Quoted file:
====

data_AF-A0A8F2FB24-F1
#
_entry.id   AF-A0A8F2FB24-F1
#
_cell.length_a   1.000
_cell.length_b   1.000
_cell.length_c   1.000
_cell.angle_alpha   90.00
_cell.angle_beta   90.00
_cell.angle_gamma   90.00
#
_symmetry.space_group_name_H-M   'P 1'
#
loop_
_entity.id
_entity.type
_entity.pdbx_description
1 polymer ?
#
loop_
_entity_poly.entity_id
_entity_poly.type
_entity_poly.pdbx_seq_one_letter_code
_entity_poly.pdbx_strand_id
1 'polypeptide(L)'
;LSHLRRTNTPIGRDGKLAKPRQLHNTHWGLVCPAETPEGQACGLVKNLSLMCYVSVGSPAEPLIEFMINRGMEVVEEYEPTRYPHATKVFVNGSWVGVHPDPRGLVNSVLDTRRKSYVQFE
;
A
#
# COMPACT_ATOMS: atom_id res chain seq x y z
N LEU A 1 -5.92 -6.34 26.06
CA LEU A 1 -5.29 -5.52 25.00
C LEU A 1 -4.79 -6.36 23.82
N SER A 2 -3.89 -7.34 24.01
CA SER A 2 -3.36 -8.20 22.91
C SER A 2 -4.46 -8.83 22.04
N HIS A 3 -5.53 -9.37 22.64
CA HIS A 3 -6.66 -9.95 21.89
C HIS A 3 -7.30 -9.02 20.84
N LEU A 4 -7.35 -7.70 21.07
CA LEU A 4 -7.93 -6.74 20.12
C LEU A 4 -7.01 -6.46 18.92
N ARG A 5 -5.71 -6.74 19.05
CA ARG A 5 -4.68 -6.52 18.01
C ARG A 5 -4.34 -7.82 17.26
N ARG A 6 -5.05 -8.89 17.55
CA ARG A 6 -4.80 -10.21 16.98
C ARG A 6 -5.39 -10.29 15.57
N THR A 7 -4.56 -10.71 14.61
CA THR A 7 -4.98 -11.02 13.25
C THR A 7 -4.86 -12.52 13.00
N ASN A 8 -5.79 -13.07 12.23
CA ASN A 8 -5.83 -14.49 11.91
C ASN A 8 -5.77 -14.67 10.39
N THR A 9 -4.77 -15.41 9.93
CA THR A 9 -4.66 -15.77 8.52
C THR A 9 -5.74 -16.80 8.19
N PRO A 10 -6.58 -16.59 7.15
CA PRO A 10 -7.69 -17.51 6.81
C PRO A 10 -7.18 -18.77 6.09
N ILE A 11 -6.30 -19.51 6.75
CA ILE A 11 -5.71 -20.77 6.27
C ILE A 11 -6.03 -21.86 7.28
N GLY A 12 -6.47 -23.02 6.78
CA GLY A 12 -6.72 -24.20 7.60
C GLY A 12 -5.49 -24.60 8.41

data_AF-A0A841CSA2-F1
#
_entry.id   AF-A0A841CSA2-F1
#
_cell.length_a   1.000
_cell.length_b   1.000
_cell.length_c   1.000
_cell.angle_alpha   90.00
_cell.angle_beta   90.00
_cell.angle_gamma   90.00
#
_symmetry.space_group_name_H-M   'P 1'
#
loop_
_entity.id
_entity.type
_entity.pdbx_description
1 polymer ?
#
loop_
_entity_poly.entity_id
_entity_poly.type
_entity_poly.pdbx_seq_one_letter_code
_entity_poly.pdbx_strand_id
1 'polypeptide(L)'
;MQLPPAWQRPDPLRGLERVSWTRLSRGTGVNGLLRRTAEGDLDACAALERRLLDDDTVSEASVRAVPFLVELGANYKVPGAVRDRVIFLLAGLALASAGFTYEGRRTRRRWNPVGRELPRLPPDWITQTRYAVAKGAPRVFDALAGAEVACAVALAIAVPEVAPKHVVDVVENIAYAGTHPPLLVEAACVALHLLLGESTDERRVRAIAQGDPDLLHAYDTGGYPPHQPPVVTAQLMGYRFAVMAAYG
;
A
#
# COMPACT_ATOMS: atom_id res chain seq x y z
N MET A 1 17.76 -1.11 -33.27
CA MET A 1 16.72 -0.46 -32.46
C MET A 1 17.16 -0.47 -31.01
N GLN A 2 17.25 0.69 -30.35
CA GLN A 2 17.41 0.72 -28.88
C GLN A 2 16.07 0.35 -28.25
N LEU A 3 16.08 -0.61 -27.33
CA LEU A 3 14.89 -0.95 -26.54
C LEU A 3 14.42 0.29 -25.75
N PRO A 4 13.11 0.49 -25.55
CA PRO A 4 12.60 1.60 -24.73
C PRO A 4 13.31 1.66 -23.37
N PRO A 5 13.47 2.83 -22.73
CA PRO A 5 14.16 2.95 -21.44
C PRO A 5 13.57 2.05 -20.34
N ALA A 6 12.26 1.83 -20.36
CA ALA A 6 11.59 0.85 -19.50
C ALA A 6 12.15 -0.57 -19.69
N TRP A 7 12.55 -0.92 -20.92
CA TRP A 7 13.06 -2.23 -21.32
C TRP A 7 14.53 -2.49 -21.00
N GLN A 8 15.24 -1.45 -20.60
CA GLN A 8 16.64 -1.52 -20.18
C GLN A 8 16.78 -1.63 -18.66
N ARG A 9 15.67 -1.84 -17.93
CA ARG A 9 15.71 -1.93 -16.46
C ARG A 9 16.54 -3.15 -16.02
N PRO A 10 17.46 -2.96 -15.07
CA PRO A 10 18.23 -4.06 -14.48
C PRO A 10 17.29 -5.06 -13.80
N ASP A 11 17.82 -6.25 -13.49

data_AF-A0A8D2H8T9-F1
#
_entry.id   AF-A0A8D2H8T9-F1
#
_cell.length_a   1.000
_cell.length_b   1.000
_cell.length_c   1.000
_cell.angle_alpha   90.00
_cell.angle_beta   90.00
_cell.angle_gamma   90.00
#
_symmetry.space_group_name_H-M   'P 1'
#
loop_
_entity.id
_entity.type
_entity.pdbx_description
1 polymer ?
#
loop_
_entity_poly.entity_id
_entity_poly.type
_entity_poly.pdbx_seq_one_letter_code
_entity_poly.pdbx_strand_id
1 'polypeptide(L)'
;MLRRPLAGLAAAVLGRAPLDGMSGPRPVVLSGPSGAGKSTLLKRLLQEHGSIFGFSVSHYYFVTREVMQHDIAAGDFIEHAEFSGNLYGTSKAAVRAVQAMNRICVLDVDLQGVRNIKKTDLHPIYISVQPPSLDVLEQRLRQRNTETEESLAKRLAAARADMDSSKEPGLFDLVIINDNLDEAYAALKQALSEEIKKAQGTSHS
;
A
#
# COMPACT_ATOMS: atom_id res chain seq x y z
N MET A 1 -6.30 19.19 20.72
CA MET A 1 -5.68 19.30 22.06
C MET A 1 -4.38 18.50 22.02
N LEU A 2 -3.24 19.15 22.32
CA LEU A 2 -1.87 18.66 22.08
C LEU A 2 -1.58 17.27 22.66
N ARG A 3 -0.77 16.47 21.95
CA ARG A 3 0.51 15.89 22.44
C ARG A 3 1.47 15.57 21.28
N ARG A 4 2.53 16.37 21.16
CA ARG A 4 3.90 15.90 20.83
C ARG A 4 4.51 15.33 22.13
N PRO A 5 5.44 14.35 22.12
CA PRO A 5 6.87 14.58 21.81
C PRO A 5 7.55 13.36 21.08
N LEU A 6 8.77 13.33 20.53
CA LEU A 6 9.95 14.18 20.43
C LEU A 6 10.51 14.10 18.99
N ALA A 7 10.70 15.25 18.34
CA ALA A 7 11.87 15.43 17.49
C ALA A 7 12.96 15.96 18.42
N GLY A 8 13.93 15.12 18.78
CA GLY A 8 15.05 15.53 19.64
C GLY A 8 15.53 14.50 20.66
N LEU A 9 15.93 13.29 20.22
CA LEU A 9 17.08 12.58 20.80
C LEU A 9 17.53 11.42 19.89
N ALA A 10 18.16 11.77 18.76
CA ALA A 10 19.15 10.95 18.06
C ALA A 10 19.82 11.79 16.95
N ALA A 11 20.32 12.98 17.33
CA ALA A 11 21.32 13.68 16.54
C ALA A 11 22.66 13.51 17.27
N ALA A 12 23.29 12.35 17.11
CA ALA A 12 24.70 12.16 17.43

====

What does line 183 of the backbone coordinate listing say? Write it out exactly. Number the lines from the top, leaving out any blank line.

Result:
CA LEU A 9 17.08 12.58 20.80